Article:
Dear Mr Evans,
Over 100,000 people, myself included, have signed a petition that has resulted in the proposed pilot Badger Cull being given a parliamentary debate on 25th October 2012. This is the first time the Badger Cull has been debated in parliament and is an opportunity for the government to by held to account for what is evidently a mistaken policy.
I am strongly opposed to the cull for the reasons below, however I must first state that my view is based on the science and economics and not in sentiment or emotion.
1. The scientific evidence does not support a badger cull. The final report of the independent scientific group on Cattle TB which conducted the Randomised Badger Culling Trials made the following conclusions and recommendations in 2007:
1. On the basis of our careful review of all currently available evidence, we conclude
that badger culling is unlikely to contribute positively, or cost effectively, to the control of
cattle TB in Britain (10.48 and 10.92).
2. We conclude that there is substantial scope for improvement of control of the
disease through the application of heightened control measures directly targeting cattle.
Therefore, we recommend that priority should be given to developing policies based on
more rigorous application of control measures to cattle, in the absence of badger culling
(10.57 and 10.93).
2. Indeed there is strong belief in the scientific community that badger culling may make TB in cattle worse http://www.guardian.co.uk/theobserver/2012/oct/14/letters-observer
3. The cull will not provide value for money for the taxpayer either and the costs of the cull will exceed the benefits to the farmers: http://www.bbc.co.uk/news/science-environment-19981171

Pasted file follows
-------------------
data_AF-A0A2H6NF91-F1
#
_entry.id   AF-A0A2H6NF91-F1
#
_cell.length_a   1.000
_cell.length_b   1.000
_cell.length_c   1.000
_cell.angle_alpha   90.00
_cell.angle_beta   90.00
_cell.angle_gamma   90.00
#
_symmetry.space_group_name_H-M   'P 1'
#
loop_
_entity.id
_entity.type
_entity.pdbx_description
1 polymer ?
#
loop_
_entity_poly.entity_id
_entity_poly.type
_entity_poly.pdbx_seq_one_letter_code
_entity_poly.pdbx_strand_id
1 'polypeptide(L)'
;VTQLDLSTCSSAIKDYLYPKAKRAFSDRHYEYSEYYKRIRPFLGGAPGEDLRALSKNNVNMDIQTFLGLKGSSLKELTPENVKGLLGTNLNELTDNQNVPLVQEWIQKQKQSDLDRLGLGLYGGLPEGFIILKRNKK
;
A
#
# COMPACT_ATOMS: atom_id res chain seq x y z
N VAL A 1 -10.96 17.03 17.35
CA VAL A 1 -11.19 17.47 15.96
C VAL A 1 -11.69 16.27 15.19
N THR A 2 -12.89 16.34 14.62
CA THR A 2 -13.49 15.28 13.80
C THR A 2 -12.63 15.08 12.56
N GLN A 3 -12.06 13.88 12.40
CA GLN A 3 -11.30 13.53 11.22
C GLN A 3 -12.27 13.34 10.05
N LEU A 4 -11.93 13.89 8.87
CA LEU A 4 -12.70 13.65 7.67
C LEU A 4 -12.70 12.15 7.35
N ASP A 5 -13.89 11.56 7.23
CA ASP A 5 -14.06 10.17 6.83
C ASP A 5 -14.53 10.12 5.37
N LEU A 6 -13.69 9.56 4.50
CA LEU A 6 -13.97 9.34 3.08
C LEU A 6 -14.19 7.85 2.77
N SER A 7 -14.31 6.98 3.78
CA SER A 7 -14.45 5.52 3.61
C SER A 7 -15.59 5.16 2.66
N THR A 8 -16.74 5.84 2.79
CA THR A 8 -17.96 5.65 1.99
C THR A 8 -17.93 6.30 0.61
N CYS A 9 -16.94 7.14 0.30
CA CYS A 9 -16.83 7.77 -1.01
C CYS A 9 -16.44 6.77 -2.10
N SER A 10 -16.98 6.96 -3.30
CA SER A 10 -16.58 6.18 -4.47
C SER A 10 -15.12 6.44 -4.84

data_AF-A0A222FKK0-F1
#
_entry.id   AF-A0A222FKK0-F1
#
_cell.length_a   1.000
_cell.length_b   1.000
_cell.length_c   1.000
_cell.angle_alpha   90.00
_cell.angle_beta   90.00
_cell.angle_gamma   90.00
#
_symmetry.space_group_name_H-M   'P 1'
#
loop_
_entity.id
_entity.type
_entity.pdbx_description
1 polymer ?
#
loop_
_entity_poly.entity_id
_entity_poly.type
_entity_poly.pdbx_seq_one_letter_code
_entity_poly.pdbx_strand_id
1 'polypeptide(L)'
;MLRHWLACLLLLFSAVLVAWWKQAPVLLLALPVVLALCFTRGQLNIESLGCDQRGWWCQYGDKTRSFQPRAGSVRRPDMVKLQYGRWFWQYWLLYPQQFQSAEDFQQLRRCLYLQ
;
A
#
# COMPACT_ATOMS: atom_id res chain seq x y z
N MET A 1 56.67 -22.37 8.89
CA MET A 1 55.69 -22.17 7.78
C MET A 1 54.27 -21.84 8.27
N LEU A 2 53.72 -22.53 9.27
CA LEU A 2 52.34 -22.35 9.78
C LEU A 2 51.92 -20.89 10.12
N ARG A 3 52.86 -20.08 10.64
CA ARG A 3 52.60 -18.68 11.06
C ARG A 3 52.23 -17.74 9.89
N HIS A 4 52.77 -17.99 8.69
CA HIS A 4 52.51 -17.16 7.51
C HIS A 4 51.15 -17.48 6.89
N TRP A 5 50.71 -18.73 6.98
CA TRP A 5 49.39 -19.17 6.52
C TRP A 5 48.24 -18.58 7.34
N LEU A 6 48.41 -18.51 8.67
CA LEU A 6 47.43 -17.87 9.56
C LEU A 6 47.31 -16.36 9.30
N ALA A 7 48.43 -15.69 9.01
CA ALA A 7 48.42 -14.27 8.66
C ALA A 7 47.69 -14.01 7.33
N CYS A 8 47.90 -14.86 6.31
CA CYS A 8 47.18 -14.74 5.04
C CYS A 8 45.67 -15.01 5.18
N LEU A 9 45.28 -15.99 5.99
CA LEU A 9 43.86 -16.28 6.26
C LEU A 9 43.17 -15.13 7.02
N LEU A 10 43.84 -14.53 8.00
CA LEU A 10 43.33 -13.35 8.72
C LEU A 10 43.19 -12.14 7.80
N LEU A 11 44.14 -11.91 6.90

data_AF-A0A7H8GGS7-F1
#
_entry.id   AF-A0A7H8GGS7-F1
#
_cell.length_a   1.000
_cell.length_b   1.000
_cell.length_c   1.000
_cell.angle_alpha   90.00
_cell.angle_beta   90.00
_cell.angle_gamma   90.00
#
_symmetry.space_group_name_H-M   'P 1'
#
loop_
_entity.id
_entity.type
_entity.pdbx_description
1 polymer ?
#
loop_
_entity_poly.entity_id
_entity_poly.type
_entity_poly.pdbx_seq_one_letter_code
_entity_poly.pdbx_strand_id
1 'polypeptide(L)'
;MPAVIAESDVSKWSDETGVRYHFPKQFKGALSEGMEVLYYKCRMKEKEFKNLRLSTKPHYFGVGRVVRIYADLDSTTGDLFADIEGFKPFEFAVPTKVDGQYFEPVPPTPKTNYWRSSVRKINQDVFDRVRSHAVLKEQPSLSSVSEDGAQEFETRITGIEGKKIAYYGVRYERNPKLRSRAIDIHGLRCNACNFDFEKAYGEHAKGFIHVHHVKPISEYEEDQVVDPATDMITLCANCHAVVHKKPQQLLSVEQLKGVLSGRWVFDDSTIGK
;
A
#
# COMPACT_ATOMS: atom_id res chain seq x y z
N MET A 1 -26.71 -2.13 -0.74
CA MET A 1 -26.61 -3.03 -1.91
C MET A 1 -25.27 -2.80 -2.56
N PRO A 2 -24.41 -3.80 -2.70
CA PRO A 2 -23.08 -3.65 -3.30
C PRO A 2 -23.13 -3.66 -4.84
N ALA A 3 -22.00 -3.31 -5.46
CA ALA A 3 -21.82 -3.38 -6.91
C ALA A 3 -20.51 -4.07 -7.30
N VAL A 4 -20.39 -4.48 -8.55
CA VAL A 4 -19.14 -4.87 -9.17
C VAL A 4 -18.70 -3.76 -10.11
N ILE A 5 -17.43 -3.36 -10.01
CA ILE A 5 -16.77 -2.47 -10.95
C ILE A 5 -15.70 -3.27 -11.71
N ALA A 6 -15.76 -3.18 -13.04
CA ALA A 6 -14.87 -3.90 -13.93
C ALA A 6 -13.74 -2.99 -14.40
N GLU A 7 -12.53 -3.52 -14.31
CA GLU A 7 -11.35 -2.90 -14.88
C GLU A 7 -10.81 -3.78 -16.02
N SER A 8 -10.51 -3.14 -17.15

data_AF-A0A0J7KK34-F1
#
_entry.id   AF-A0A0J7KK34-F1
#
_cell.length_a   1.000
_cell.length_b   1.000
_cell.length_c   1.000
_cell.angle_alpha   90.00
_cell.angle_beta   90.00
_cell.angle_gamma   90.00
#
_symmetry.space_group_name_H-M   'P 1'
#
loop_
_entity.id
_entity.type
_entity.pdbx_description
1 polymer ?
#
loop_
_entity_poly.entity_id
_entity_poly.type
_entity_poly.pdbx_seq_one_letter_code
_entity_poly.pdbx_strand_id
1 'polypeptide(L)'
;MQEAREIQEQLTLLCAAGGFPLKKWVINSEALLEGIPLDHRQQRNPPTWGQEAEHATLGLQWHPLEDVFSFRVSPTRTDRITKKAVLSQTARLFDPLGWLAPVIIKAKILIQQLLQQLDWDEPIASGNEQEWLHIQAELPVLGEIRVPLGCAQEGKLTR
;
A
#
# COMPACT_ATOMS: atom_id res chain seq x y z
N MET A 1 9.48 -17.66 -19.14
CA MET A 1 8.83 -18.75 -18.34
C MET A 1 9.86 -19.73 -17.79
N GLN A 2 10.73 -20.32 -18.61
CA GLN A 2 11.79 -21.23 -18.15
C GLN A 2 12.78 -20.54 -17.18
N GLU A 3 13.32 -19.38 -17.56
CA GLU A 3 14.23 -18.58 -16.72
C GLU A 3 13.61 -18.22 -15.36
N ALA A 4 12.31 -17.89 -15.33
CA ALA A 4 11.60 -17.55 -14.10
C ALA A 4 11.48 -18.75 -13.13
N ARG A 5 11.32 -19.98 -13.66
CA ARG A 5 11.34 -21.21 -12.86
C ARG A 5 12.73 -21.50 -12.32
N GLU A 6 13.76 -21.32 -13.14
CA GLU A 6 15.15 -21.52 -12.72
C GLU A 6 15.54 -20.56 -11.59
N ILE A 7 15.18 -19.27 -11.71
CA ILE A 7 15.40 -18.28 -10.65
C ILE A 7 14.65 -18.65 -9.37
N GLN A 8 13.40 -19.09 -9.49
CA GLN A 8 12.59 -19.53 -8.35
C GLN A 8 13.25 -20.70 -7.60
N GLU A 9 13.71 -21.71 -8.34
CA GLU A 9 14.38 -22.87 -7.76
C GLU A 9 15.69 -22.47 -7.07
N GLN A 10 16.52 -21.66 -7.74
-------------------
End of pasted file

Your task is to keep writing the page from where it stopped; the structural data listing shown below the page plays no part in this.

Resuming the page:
4. The government is on the wrong side of public opinion as shown by this recent poll http://www.telegraph.co.uk/earth/agriculture/farming/9618598/Badger-cull-right-or-wrong.html and risks losing credibility in its wider environmental policy (remember this is supposed to be the greenest government ever).
5. Vaccination is the only long term solution to control Bovine TB in Badgers and thus reduce transmission to cattle and is being successfully trialled in several locations including Wales http://wales.gov.uk/topics/environmentcountryside/ahw/disease/bovinetuberculosis/?lang=en and Cheshire http://www.chesterfirst.co.uk/news/116790/cheshire-badger-vaccination-trial-hailed-a-success.aspx, although it is too early yet to observe any results.
Bovine TB is a serious issue and is devastating to the farmers whose cattle are affected by it. Both they and the public deserve that government takes the issue seriously and gets the policy right. Unfortunately, the government has chosen a policy that will fail to make any long term impact on TB rates in cattle, waste tax-payers money, give farmers false hope of a solution, divide communities in the areas where culling will take place, and cause unnecessary destruction of, and distress to, badgers.
The cull is a mistake. The debate in parliament on Thursday, which has cross-party as well as public support, is a opportunity for the government to reassess the evidence, stop the cull, and consider the more appropriate alternative of vaccination.